Former New York Governor Andrew Cuomo is asking for the sheriff's office responsible for handling his sexual assault charge to preserve all of the communications his office had with alleged victims, journalists, or other investigators.
Cuomo was charged with forcible touching Friday following a criminal complaint filed by Albany County Sheriff Craig Apple.
Cuomo's lawyer Rita Glavin wrote a letter to Apple demanding the sheriff's department to "preserve all records relating to your investigation into allegations concerning the Governor and take all necessary steps to ensure such records are preserved."
In addition, the letter also requested Apple to preserve communications with the alleged victim, Brittany Commisso, and her attorney, "including but not limited to phone records, text messages, email and any other electronic communications, notes, memoranda, recordings, and calendar entries."
However, a preservation letter is considered a standard legal tactic as defendants are entitled to a broad scope of evidence and other material related to an investigation.
The disgraced politician claimed the charge was based on insubstantial evidence and motivated by political agenda. He also alleged Apple to have corroborated with another New Yorker politician Tish James in what he called "an unprecedented move."
"In the last 72 hours, Sheriff Apple and Tish James have epitomized the worst combination of politics, incompetence, and abuse of the law," Cuomo tweeted.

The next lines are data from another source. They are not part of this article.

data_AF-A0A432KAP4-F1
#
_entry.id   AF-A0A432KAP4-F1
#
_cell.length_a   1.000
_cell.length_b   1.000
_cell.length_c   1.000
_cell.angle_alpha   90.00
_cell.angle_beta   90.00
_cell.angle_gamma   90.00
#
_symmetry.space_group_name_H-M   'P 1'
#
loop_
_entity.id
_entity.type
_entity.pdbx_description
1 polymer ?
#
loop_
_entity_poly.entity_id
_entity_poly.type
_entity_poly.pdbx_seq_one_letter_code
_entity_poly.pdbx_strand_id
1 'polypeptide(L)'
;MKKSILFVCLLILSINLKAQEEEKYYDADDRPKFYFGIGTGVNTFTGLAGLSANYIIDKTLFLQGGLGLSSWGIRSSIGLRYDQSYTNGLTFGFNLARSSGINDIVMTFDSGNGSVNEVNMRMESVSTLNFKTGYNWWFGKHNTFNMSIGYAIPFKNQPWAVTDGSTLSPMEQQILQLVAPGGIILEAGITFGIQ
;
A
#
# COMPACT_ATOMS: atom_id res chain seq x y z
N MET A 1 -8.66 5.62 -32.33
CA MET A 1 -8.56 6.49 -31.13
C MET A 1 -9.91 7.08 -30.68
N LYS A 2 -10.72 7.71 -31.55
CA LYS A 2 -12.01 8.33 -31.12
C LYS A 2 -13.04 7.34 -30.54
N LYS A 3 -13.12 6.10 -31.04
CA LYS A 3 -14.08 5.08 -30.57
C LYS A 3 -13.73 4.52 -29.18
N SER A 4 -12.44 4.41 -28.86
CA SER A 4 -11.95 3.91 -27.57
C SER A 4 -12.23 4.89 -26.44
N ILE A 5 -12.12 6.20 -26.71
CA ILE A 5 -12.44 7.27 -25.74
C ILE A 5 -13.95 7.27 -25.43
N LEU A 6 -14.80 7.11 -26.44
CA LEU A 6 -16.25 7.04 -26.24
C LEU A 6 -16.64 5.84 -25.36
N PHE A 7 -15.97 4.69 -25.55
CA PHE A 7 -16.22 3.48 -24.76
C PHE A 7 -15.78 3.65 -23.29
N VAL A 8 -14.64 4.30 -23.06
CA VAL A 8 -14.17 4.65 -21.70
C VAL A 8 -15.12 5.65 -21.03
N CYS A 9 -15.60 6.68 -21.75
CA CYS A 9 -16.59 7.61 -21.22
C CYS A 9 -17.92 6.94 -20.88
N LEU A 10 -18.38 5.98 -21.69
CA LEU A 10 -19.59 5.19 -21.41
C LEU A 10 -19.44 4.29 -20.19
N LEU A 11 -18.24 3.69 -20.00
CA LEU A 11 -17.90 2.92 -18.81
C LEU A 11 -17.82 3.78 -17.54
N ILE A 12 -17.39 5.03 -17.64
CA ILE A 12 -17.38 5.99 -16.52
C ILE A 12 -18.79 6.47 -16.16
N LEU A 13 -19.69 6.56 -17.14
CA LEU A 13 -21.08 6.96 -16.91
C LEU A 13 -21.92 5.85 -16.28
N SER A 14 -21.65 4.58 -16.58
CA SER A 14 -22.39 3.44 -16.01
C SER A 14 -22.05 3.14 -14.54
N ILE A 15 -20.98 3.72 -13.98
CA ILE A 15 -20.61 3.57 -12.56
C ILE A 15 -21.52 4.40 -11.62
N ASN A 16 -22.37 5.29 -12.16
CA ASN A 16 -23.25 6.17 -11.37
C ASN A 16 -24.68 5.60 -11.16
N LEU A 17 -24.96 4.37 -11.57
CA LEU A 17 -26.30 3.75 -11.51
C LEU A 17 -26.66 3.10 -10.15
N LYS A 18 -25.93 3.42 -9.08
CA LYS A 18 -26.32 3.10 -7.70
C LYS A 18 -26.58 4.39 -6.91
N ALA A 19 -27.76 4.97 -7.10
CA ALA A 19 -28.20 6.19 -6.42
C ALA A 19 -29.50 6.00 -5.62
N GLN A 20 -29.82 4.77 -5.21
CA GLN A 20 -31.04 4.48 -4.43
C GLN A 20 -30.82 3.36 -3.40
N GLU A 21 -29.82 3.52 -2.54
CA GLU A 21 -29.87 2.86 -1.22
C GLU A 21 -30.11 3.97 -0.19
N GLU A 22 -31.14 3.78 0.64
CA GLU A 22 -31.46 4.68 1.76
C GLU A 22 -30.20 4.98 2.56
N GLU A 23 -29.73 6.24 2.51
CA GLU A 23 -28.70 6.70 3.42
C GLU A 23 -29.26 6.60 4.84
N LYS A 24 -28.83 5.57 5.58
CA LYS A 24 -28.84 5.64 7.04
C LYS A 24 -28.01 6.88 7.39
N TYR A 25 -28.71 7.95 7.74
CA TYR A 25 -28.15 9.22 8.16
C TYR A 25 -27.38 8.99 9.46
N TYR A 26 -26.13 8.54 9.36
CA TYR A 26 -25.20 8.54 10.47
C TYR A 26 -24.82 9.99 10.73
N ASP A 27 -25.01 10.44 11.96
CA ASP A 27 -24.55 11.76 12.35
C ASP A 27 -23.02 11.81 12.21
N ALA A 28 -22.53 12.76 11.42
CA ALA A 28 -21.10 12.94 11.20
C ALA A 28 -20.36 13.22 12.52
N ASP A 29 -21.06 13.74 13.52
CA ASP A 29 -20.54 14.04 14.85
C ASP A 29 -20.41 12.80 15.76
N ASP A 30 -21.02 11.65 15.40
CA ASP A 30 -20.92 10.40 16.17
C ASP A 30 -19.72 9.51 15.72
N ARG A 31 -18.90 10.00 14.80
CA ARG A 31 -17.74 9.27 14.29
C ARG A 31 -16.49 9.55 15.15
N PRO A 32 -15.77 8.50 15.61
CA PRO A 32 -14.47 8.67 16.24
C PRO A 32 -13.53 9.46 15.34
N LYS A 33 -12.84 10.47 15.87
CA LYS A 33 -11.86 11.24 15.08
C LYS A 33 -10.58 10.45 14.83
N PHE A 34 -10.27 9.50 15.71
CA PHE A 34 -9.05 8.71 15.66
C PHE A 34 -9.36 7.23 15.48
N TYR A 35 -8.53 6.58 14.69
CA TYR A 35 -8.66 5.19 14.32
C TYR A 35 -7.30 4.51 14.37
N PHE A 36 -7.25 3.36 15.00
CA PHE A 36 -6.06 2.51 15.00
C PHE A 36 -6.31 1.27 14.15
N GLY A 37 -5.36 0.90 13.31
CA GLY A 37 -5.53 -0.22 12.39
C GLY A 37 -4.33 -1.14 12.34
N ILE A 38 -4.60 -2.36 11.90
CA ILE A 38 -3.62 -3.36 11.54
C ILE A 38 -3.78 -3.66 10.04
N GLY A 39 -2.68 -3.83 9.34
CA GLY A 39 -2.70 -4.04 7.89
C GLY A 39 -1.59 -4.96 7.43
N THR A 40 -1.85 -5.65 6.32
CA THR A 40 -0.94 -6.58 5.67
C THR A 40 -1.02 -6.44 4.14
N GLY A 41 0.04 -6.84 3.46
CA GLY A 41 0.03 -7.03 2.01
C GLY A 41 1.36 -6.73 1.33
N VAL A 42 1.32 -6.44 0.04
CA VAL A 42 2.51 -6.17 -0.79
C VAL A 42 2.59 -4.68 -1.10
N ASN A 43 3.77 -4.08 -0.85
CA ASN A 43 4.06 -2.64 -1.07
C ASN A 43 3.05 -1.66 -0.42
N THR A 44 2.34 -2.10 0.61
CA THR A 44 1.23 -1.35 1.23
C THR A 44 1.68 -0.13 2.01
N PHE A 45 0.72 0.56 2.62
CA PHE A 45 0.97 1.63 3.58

Coincidently Tish announced her run for governor the same day Cuomo was charged with criminal activity. Cuomo later accused her of using the charge for "political benefit."
"Law and politics are totally separate, and this is a toxic intersection of the two," Rich Azzopardi, spokesman for Cuomo, wrote in a statement. "Tish James used her office to attack the Governor for her own political benefit, and she violated the law in the process."
Apple denied the accusation and asserted the charge was not driven by political plot but was instead based on an "overwhelming amount of evidence."
As Radar previously reported, Cuomo resigned as governor in August after being slammed with multiple sexual assault allegations. During a press conference, the embattled politician claimed he was "deeply, deeply" sorry to his alleged victims but maintained his innocence, saying, "In my mind, I've never crossed the line with anyone."
Following the resignation, he reportedly had since been keeping a low profile and hiding out in the Hamptons to spend time with his "close friends in their private homes."